This paragraph contains two important elements that we must tease out. The first is that the Fed lumps Asians in with other racial groups, which is a clever way of disguising the fact that Asian households actually have higher median wealth than whites, which kinda cuts across the “systemic racism” narrative. The second important element is the comment that “the same patterns of inequality in the distribution of wealth across all families are also evident within race/ethnicity groups.” The study doesn’t elaborate, but it appears to be saying that the same factors (age, homeownership, etc.) that mark the disparities between races also mark disparities among those of the same race.
Unfortunately, the Fed data doesn’t make it easy to combine multiple factors (like race and age), but we can still get a sense of what affects household wealth. A big one is owning a home versus renting. The net worth of homeowners is 41 times that of renters, so if some group is more likely to rent, then that will explain a big part of any disparity.
Another important factor is educational status. Those with college degrees have net worth that is 15 times that of high-school dropouts. Not only does educational success typically suggest higher income, but it also tends to allow entry into jobs that offer valuable benefits that affect net worth, like retirement accounts.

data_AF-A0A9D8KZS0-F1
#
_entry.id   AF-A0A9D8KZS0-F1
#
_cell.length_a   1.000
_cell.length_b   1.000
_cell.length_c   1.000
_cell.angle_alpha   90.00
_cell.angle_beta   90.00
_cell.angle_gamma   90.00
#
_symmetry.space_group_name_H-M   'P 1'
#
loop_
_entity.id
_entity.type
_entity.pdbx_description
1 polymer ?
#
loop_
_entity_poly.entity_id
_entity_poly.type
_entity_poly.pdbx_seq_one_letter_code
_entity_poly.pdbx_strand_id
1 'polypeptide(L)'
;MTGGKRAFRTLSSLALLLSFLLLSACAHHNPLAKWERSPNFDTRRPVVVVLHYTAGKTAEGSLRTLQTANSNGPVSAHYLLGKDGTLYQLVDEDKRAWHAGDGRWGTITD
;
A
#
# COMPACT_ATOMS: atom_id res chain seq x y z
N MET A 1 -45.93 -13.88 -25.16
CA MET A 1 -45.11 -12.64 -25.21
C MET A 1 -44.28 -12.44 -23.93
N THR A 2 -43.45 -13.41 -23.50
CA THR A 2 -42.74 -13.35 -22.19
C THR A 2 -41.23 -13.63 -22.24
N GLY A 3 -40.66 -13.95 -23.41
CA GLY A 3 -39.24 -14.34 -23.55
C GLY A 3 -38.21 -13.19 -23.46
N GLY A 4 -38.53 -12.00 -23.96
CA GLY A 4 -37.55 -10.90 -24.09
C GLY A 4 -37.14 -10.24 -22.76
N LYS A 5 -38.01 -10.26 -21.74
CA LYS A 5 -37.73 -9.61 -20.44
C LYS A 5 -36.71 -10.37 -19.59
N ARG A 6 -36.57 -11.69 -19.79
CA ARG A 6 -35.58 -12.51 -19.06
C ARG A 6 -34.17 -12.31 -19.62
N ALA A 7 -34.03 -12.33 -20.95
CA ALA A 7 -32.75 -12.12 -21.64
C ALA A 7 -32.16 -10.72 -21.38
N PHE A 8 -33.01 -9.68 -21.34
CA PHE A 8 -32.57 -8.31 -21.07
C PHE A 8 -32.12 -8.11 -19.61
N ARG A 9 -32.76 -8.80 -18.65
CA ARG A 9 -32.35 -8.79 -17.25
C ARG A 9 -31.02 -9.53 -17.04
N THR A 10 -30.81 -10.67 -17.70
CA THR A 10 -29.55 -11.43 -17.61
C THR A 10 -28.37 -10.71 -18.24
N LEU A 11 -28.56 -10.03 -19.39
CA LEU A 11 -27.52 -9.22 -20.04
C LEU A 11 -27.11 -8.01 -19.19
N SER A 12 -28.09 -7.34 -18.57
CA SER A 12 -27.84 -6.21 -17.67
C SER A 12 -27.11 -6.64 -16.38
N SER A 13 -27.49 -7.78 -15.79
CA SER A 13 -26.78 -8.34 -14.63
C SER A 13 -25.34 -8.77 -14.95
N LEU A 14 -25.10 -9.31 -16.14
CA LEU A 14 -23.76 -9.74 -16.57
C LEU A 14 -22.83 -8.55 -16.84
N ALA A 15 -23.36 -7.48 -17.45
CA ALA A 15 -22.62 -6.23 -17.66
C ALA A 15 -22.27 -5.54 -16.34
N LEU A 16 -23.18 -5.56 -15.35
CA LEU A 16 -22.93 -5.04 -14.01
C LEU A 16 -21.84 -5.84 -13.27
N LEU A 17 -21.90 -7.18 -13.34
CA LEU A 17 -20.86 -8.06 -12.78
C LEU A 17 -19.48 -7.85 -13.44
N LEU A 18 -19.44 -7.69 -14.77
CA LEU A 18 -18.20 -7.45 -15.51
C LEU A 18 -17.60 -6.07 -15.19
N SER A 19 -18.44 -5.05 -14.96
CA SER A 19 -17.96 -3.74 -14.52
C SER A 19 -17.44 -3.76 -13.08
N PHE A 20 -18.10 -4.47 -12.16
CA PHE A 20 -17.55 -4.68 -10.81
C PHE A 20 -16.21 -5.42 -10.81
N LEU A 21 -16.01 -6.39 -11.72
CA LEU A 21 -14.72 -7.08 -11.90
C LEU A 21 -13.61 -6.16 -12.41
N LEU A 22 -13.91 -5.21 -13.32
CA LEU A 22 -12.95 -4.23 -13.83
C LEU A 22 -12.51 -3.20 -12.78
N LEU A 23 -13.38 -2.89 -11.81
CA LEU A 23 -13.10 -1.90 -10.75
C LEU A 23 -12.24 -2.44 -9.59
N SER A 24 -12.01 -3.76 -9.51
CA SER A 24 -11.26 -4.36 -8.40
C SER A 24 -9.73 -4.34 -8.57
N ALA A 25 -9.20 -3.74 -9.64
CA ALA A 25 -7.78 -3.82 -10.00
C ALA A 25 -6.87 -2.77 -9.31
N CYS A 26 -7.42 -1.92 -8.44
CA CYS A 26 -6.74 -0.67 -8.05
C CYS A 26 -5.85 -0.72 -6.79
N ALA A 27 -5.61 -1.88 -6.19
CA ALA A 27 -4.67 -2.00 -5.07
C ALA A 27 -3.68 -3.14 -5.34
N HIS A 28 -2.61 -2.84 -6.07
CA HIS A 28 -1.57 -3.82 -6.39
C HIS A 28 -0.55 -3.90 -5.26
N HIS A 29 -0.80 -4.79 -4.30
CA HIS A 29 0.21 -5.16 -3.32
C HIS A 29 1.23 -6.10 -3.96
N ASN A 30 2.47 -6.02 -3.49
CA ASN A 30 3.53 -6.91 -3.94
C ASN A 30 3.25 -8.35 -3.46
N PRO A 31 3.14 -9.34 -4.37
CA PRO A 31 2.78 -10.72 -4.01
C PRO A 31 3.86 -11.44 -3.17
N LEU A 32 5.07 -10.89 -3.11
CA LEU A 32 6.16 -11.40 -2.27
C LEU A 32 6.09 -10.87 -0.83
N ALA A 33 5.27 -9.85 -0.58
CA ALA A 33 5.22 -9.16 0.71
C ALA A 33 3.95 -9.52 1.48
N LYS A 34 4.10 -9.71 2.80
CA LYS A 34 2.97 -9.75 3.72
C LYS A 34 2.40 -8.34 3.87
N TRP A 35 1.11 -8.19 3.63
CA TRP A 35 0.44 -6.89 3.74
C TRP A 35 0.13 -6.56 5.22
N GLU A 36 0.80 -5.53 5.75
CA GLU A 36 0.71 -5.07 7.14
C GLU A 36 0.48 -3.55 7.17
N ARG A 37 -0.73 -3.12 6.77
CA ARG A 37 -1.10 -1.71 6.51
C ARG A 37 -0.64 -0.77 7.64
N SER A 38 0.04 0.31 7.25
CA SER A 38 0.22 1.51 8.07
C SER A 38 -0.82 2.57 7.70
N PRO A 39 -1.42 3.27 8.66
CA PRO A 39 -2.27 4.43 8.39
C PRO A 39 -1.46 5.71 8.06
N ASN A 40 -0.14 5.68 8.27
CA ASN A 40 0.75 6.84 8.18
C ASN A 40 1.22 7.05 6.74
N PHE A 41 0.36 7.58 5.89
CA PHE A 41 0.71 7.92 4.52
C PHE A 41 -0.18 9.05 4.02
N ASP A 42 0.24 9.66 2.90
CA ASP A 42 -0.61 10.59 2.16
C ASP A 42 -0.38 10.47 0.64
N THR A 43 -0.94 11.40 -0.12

A last factor I’ll put on the table is family structure. Obviously, couples combine two adults, so their net worth should be at least twice as high, but the gap is bigger than that. The wealthiest group is couples with no children, although the data isn’t clear whether this includes adult progeny and/or only children who live in the house. In any event, couples with children have net worth 4.5 times that of single parents with children, who (themselves) have more than twice the net worth of single people without children. (Obviously, this could have a lot to do with age.)
As the reader no doubt knows, compared with white Americans, black Americans are much more likely to rent rather than own homes, have lower levels of educational attainment, and are significantly less likely to be married.